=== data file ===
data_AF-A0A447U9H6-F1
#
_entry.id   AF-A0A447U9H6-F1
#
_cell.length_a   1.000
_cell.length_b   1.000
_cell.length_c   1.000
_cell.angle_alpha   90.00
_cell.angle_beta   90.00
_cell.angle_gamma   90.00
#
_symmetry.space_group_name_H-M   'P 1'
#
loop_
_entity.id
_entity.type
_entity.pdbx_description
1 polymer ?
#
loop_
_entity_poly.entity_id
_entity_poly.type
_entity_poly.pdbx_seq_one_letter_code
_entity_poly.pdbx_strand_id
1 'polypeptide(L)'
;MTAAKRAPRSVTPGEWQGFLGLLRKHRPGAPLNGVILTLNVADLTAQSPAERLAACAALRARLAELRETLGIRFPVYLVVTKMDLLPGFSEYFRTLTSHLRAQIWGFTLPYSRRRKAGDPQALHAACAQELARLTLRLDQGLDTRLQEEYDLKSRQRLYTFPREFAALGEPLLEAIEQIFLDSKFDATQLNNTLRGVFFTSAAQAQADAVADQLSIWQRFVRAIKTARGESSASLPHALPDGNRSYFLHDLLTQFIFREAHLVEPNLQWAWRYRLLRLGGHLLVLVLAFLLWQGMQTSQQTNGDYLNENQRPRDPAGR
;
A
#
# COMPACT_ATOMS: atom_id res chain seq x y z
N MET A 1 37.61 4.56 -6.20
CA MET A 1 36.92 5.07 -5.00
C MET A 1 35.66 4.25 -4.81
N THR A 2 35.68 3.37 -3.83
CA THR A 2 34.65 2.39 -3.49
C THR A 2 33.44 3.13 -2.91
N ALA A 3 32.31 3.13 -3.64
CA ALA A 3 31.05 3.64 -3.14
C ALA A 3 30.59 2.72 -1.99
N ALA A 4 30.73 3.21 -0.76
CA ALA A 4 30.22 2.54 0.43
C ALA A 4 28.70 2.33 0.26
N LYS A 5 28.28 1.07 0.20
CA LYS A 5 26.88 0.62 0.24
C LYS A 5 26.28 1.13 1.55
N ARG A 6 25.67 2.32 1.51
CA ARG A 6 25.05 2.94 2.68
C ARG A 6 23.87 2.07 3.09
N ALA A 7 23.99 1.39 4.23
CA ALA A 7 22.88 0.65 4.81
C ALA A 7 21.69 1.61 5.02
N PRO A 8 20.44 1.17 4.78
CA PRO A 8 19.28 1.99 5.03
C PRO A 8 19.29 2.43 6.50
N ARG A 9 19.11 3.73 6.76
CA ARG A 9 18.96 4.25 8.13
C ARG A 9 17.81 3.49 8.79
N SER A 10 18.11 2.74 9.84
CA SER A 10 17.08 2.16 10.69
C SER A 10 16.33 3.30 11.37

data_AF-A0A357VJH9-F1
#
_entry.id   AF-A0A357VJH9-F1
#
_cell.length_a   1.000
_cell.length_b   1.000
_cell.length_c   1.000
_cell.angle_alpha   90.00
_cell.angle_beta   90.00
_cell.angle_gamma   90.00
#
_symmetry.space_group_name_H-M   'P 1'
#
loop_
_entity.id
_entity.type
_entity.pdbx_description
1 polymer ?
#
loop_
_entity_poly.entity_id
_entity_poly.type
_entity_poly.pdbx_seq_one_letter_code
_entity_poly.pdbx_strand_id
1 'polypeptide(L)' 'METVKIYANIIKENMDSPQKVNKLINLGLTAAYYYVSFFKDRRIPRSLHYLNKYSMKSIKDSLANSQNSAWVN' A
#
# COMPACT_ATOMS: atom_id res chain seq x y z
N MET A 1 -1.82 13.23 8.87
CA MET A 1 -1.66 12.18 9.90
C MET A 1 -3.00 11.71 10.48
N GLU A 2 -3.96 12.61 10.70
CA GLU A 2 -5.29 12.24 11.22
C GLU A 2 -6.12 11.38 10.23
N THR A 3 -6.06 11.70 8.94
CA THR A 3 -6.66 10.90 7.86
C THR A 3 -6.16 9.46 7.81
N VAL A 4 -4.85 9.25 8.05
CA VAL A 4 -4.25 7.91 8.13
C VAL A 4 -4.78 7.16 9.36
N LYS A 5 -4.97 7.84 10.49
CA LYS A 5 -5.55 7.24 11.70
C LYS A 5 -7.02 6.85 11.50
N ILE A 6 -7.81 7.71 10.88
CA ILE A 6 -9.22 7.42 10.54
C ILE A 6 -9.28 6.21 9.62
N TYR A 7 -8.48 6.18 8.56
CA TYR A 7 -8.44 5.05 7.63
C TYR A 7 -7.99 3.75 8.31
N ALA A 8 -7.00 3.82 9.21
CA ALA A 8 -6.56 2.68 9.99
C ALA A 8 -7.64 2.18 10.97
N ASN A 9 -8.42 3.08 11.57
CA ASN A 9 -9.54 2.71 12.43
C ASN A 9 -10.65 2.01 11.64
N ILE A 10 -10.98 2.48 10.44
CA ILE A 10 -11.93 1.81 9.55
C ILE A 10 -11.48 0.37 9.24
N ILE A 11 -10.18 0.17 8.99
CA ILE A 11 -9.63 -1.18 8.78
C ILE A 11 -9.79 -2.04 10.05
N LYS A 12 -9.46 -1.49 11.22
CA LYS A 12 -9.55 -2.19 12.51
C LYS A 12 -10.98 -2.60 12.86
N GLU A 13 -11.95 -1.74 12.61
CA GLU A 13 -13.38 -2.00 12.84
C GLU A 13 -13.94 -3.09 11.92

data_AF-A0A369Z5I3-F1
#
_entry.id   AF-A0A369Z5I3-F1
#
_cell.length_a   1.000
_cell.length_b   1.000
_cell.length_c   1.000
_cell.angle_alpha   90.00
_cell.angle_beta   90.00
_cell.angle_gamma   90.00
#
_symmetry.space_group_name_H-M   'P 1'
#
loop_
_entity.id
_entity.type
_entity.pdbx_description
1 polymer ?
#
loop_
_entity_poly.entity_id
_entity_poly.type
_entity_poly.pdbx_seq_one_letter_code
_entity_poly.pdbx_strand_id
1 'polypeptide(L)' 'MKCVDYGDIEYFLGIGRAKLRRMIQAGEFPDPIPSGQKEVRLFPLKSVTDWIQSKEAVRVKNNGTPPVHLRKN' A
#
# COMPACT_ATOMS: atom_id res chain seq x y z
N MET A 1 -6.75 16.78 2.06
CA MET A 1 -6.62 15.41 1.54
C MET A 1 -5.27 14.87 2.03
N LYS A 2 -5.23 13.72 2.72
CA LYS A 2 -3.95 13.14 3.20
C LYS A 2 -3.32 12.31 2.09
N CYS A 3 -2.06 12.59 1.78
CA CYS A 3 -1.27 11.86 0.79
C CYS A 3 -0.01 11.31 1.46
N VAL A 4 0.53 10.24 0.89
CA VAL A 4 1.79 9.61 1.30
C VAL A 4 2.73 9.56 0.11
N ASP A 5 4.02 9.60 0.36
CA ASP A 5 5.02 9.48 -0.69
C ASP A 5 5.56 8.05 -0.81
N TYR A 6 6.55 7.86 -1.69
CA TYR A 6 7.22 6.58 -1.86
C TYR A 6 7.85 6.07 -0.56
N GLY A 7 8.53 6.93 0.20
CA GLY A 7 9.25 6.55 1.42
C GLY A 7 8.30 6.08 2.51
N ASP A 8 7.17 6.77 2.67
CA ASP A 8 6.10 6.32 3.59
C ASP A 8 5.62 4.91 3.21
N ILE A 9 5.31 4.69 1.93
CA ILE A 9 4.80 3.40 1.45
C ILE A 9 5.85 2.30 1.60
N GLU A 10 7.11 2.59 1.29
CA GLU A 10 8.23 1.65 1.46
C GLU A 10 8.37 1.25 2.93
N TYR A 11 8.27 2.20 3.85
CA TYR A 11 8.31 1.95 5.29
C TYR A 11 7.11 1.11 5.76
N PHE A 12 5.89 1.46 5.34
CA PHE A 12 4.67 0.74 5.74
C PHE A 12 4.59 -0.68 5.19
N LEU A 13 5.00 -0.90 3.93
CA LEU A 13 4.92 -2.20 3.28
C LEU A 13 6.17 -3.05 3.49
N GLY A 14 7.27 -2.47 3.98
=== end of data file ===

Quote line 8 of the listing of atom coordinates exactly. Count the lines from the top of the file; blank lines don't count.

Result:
_cell.angle_alpha   90.00